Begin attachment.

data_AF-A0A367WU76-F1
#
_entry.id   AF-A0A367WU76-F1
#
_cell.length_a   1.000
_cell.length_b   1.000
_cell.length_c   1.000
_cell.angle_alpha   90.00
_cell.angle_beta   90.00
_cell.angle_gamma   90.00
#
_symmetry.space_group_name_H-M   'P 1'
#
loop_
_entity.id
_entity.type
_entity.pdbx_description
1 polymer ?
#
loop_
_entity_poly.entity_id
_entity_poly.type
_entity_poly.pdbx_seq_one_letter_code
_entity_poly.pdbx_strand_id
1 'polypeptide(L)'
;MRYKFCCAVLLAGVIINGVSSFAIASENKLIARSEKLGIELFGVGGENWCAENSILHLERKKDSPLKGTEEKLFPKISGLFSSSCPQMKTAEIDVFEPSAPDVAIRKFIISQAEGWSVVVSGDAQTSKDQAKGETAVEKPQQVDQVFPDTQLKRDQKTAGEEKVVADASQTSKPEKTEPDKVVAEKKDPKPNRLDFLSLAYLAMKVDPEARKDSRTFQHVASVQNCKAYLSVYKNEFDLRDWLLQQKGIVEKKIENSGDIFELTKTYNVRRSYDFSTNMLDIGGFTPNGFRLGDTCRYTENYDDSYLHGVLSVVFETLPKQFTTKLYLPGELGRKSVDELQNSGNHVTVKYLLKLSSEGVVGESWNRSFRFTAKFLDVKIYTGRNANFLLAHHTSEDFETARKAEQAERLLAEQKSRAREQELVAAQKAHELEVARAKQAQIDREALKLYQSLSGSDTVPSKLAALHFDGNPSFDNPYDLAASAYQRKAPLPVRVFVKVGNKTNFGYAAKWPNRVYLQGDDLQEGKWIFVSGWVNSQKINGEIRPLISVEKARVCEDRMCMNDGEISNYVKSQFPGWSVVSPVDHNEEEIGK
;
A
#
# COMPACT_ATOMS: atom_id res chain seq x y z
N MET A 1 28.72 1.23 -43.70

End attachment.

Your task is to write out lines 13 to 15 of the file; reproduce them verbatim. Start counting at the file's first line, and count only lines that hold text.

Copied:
#
loop_
_entity.id